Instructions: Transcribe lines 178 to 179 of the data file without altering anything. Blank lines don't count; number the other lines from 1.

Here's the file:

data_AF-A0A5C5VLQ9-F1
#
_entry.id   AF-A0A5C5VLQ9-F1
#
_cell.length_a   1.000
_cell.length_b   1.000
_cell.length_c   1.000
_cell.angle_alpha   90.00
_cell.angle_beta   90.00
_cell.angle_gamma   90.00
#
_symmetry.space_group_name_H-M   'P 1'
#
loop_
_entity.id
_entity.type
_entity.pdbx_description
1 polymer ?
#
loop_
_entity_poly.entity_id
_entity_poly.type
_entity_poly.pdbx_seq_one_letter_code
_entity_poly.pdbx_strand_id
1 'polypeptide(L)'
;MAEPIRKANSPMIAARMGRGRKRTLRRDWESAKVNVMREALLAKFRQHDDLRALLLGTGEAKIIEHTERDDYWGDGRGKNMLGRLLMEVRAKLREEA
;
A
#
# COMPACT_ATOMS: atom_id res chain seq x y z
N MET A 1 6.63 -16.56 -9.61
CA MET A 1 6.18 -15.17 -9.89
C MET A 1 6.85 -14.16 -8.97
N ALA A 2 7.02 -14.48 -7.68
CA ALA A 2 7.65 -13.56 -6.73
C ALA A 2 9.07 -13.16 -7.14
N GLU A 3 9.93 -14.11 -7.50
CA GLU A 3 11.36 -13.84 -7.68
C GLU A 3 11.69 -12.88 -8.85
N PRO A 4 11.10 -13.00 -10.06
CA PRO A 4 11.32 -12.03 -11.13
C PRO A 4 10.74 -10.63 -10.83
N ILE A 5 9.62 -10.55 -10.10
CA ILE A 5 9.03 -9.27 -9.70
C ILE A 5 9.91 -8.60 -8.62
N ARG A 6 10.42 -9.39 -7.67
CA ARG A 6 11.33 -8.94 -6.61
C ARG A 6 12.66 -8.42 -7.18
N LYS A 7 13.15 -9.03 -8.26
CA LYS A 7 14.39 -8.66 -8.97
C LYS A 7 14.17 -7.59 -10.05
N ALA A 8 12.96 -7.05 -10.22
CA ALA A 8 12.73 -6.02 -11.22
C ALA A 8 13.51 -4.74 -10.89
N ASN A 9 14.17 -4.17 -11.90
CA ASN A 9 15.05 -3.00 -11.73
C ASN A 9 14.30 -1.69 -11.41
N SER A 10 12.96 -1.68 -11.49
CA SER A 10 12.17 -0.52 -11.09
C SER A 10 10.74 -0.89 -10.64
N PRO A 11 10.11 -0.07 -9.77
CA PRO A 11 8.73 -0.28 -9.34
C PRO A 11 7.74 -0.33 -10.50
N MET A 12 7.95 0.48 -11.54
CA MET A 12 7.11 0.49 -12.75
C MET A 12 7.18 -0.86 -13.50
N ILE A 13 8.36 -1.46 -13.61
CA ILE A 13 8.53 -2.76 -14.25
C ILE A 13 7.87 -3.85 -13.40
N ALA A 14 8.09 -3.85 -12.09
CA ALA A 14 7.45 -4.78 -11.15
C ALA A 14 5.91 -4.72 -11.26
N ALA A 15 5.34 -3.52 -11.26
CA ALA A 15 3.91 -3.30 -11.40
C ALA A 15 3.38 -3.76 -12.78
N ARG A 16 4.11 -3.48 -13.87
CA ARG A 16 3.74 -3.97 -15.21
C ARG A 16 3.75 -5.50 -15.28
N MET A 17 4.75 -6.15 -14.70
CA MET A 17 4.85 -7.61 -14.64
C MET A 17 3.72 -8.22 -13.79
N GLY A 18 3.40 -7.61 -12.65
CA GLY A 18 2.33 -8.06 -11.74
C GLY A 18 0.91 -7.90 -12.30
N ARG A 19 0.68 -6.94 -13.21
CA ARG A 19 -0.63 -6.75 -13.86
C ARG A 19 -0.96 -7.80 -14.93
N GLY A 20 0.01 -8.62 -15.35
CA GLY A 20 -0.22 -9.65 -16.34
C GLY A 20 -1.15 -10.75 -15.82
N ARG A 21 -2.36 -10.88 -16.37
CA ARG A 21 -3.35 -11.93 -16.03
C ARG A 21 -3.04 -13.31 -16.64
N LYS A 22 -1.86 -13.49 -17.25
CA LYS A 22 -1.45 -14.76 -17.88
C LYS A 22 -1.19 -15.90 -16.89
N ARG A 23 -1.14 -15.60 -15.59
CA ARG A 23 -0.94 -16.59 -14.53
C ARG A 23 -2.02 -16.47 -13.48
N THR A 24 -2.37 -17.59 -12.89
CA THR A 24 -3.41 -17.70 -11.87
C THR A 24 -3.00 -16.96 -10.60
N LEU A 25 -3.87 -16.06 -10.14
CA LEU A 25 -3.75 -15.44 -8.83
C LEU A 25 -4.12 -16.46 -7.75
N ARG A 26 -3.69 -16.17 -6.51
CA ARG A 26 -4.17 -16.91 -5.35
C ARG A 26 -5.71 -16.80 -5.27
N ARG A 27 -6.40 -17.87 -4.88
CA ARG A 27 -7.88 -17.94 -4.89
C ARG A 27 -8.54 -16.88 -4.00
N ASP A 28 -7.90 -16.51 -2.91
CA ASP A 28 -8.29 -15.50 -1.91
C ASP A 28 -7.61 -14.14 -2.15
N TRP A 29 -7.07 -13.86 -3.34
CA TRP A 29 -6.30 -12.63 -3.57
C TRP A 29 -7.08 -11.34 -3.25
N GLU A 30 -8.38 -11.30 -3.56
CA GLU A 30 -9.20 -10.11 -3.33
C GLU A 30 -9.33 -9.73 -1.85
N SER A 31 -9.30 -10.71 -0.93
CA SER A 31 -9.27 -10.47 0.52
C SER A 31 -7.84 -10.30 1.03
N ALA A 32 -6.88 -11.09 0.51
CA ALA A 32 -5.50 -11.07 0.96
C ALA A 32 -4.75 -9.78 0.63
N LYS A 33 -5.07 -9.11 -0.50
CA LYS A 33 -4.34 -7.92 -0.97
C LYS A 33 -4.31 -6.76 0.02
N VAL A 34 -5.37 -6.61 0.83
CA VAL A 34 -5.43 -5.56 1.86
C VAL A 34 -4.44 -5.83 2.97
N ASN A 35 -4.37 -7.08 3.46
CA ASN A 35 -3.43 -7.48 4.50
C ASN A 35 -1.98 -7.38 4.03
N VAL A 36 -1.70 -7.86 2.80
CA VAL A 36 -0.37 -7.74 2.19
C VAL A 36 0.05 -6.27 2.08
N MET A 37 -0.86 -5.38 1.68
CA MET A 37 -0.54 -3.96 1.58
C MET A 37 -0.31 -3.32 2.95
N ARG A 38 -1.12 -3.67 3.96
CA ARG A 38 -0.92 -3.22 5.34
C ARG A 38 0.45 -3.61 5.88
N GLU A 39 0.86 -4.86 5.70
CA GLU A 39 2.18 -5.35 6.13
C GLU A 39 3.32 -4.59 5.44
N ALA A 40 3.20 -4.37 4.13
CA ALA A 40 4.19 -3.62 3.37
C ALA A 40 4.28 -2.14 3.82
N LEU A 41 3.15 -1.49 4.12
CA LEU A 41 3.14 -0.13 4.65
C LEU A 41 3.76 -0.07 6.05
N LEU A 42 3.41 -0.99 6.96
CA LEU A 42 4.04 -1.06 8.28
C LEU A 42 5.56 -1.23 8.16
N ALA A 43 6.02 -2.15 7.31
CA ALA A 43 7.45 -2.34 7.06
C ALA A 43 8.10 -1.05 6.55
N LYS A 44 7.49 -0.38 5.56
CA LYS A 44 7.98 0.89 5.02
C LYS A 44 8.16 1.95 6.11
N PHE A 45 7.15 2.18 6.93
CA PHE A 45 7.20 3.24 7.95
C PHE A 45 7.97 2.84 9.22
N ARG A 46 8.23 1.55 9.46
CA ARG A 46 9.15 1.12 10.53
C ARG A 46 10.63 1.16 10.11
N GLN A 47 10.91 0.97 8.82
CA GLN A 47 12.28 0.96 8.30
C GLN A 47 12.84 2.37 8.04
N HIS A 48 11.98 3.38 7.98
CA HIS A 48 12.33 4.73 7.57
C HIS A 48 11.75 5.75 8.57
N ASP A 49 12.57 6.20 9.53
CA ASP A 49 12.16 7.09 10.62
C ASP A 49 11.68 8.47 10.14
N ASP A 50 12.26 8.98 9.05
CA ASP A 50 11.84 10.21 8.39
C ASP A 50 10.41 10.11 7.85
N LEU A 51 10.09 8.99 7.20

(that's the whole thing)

N ASP A 50 12.26 8.98 9.05
CA ASP A 50 11.84 10.21 8.39